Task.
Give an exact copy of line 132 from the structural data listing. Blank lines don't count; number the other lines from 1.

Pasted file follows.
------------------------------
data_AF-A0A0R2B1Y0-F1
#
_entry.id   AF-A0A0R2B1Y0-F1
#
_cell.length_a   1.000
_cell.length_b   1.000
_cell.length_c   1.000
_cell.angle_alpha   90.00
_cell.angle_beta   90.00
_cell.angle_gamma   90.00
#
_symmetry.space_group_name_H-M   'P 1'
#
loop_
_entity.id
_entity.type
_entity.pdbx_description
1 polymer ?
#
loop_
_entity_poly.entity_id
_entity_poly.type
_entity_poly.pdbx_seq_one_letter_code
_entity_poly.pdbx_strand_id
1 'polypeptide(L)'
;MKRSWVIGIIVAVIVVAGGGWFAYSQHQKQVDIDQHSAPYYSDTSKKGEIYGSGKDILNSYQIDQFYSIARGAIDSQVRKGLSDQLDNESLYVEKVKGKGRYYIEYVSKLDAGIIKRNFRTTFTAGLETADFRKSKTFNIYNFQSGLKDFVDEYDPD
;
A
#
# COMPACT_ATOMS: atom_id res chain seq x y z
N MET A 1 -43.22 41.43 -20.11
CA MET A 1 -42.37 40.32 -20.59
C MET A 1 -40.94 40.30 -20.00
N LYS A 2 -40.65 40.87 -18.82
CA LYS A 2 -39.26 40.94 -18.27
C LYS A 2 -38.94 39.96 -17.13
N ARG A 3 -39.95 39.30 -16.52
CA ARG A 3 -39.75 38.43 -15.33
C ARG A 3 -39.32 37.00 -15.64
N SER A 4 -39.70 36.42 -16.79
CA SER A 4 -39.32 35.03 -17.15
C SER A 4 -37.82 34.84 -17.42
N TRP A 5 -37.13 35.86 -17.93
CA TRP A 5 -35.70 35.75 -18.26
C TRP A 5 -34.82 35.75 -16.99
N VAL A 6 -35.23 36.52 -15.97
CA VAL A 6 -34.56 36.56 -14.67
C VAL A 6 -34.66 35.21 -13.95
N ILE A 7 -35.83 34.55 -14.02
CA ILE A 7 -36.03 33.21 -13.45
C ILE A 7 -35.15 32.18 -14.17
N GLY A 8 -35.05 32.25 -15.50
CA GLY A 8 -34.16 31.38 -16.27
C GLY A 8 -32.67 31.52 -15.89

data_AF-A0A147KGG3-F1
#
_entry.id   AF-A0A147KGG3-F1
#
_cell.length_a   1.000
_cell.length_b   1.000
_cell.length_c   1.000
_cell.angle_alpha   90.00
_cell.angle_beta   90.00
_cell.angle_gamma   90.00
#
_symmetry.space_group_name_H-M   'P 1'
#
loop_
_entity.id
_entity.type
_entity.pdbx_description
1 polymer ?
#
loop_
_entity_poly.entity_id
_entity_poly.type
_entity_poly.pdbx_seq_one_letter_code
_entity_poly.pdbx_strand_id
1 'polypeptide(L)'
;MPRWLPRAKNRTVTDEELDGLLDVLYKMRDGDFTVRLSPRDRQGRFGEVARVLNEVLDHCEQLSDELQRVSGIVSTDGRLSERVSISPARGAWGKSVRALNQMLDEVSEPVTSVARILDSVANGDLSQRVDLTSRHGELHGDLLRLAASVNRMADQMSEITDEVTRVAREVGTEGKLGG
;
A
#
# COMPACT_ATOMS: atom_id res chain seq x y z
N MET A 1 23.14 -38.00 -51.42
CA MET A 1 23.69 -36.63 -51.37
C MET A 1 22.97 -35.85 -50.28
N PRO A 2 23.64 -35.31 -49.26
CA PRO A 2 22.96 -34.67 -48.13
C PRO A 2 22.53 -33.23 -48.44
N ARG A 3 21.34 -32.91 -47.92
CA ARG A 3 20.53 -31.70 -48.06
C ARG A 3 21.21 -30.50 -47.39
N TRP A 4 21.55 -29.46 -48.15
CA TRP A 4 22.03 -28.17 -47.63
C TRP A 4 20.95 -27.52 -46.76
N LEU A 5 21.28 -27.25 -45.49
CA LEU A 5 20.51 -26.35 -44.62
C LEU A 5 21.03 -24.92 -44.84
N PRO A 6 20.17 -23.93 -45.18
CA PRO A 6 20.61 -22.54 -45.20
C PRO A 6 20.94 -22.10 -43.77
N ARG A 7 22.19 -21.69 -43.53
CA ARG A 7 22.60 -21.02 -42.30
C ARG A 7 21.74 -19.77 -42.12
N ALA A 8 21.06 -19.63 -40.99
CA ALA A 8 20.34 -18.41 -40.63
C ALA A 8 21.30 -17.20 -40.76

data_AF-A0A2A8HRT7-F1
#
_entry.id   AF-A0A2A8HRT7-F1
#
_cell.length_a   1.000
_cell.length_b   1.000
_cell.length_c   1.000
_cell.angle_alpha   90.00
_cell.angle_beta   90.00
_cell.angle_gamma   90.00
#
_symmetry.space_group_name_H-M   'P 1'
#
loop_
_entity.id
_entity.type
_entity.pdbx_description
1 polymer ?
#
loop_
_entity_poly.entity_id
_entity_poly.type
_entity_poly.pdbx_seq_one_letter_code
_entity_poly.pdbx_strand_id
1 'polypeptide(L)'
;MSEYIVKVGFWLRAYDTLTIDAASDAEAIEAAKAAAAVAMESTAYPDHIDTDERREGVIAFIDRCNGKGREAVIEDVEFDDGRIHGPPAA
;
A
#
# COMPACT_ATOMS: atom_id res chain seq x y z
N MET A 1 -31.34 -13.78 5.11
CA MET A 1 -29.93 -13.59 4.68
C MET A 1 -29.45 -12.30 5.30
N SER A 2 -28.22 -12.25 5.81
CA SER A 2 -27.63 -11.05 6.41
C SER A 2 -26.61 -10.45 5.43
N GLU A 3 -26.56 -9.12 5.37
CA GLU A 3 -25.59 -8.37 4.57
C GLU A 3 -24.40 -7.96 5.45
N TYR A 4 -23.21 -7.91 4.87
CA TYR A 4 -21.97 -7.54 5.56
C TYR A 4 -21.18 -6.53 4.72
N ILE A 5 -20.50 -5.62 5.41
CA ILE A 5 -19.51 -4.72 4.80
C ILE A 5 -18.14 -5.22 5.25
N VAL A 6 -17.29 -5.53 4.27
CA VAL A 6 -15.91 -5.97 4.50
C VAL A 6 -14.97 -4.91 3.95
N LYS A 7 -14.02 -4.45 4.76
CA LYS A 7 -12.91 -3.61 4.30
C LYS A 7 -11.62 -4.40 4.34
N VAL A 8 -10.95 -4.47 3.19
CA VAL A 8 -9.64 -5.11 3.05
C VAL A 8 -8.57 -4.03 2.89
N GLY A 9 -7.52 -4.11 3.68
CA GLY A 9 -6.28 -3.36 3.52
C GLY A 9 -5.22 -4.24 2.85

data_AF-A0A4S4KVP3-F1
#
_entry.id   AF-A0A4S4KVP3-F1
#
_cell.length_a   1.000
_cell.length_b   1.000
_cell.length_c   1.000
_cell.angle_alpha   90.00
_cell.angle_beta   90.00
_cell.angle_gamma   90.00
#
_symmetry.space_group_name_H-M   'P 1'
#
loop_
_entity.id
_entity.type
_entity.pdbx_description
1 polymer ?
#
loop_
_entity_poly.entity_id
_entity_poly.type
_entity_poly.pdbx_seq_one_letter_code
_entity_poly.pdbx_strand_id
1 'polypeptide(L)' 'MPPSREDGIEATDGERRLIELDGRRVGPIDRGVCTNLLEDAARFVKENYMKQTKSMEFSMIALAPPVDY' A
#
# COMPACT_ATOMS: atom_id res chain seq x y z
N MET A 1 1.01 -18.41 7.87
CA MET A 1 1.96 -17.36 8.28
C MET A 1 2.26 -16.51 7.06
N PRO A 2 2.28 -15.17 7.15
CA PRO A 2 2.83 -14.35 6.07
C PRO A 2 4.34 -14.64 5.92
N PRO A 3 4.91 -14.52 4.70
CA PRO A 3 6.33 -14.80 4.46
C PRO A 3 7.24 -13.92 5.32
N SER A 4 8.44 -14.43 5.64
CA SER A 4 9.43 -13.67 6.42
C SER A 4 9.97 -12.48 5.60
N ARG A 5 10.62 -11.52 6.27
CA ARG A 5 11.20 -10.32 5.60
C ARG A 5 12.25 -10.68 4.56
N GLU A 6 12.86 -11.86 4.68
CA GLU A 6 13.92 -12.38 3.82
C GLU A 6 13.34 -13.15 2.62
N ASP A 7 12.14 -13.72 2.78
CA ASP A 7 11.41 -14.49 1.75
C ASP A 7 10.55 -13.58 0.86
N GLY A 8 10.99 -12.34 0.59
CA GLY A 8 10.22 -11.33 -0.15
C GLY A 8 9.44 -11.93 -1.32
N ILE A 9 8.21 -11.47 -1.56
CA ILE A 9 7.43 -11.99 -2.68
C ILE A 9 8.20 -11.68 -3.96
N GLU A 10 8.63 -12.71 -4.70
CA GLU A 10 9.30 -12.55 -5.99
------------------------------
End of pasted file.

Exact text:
_entity_poly.pdbx_strand_id